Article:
Another ingredient to successfully managing your team is allowing your team to be intrapreneurial. Provide them with a creative license and expect them to deliver and fulfill all promises, this will ultimately allow them to feel a part of the mission and vision of your business. If they succeed with their goals they’ll be rewarded, if they fail they me demoted, job on the line, or not looking at the best they could for the entire team, this ultimately puts engagement in the mission and philosophy of the business, and make them more successful, because they will strive to accomplish all the goals they set forth.

3 Key ingredients to remember
  • Don’t be a micromanager - Your team won’t be creative, innovative, and productive if you stand over their shoulders.
  •  Allow employees to be intrapreneurs - Give your team the tools, resources, and guidance they need to be successful and take your business to the next level. This is going to help innovate and create all new products and services, and can create the next generation of your executives.
  • Set goals and milestones with team leaders. Then delegate and automate those opportunities. – Once you scale you can create new products and services, by finding new  ways to create something different and innovative, you can find new ways to streamline it, you've learned how to make that process effective.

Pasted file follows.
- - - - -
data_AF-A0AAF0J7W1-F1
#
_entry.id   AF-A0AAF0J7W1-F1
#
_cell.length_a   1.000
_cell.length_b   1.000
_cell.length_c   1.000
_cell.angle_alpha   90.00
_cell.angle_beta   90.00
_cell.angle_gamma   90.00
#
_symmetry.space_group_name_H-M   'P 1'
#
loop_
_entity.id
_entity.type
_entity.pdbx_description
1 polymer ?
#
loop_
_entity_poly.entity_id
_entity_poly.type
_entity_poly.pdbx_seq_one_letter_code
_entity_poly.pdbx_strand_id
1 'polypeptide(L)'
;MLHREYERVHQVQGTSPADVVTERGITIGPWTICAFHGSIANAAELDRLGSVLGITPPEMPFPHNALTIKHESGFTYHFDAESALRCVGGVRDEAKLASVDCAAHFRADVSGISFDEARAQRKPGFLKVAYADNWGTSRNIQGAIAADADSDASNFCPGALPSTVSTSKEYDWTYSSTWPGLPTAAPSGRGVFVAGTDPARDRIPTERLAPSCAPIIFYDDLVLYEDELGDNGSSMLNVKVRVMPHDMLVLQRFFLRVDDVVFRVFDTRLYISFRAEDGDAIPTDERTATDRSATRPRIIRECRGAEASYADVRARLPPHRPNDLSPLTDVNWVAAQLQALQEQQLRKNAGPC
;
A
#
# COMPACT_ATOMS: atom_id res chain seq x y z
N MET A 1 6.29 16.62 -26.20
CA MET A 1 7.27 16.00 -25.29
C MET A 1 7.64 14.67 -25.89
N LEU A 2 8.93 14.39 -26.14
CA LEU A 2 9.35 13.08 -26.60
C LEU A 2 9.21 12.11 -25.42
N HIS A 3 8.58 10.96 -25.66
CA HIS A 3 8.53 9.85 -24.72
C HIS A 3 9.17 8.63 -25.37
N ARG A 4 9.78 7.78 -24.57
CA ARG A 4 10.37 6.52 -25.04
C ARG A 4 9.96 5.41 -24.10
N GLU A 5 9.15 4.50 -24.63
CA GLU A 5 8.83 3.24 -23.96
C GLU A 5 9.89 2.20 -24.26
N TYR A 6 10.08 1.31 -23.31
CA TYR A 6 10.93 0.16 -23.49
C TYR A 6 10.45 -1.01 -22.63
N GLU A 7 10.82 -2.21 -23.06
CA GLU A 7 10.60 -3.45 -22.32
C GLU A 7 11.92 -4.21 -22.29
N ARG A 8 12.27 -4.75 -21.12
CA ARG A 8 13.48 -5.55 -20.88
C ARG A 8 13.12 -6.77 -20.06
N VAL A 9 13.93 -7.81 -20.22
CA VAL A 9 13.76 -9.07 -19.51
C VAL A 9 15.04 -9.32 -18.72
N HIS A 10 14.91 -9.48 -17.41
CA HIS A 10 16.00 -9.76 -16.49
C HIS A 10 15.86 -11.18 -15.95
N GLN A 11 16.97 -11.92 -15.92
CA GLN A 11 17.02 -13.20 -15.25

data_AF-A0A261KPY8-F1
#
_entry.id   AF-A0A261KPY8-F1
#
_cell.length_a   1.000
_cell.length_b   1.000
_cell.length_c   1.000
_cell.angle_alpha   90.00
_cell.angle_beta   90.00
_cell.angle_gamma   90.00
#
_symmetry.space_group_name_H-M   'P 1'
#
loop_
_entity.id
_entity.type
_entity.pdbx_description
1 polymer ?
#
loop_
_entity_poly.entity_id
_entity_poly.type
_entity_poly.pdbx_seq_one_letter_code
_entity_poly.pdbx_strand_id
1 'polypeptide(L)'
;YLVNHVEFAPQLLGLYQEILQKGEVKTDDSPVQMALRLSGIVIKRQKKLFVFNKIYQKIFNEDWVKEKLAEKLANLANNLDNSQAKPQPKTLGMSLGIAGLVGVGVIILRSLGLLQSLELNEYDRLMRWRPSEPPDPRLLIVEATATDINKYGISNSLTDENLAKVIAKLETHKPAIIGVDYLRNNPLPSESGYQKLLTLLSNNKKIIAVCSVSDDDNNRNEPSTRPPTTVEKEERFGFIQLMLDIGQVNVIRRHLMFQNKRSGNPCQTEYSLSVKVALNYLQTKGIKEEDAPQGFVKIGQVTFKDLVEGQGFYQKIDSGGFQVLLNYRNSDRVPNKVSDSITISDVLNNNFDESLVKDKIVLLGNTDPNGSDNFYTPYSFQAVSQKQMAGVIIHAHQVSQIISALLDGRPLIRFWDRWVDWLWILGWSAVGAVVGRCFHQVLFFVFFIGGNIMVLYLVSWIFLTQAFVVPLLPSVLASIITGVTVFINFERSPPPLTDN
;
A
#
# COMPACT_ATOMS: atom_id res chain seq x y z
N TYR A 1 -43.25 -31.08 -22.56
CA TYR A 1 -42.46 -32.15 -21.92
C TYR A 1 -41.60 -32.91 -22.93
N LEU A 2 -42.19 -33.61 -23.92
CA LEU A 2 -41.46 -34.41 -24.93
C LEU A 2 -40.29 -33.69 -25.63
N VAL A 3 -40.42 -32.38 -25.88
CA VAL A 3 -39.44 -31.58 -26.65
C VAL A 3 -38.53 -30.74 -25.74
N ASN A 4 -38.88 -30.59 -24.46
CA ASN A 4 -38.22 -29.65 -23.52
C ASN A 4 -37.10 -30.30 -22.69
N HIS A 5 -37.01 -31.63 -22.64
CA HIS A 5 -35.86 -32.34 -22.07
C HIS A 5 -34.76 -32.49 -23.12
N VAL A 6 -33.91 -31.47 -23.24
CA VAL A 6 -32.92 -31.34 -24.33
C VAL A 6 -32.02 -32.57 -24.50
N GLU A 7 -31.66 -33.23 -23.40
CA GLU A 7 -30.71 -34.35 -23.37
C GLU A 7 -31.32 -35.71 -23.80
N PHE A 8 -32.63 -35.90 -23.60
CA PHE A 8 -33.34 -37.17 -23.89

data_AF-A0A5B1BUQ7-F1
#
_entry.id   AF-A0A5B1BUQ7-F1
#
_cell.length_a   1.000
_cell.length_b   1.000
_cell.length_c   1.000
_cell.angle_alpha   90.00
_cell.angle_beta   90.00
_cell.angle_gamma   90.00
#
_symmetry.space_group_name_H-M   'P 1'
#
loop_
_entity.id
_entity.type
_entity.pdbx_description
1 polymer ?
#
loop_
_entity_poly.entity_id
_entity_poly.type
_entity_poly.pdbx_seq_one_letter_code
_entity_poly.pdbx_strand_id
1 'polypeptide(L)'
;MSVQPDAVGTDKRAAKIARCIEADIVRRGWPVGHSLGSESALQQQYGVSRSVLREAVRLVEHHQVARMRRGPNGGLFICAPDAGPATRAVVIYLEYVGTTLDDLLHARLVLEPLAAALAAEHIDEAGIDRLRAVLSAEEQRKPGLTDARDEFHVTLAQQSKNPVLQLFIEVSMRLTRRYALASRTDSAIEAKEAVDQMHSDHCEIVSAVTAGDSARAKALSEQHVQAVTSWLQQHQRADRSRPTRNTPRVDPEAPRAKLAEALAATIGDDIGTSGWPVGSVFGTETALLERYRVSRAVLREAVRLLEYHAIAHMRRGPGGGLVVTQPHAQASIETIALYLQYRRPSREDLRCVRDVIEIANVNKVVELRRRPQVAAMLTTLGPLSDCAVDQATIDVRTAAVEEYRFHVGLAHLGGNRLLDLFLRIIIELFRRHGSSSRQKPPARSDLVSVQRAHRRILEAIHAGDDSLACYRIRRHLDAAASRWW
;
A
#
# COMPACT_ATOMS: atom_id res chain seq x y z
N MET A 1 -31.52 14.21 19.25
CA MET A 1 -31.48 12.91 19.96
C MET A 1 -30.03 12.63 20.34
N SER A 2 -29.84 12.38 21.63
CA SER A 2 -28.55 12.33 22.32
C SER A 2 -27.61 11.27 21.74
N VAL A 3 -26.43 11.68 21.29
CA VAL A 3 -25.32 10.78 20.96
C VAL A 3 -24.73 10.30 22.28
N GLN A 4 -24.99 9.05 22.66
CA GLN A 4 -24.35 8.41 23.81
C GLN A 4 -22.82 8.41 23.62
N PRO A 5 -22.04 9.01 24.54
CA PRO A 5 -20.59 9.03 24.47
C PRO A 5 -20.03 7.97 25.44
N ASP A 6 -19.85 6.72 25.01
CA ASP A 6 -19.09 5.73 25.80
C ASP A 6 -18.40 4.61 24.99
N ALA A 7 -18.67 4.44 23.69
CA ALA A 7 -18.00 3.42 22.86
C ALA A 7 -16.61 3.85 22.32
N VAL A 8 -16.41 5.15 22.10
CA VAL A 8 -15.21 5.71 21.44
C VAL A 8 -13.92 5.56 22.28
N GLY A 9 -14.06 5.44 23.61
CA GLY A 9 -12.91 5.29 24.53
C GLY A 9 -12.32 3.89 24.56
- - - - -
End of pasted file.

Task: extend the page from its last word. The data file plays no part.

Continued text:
LESSON 3: KNOWING WHEN (AND HOW!) TO LET GO
You can do no greater disservice to your business than holding on to players who are simply wrong for your team. Learn how to know when and how to let it go.

You began as a solopreneur building your company with every ounce of your being and now you find yourself in the position that requires other people supporting that effort. Making a decision to let go is often tough for entrepreneurs, but if you could find a way to let go,  your business will benefit as the result, as long as you have the right team.

3 Tips to Knowing When And How To Let Go
  1.  Ease into backing off by watching progress as you pull back. – It’s not an overnight process, you want to ensure that your team is fully prepared and capable handling tasks assigned. It’s important to work with them and track the progress so you can comfortably let go.
  2. Work toward scale and full delegation so you can move on to the next business opportunity or need. –   As an effective manager you need to be constantly growing and being innovative in your business, be sure to find ways to give responsibility to other key team members so you can move forward and do pay attention to other key areas.
  3. If you can’t let go, why can’t you? Assess and correct your choice in new hires. – Always assess why you don’t feel secure in making this decision. If it’s a hiring reason, fix it. Hire new people who you can effectively get the job done. Ultimately by letting go your business should be better now worse.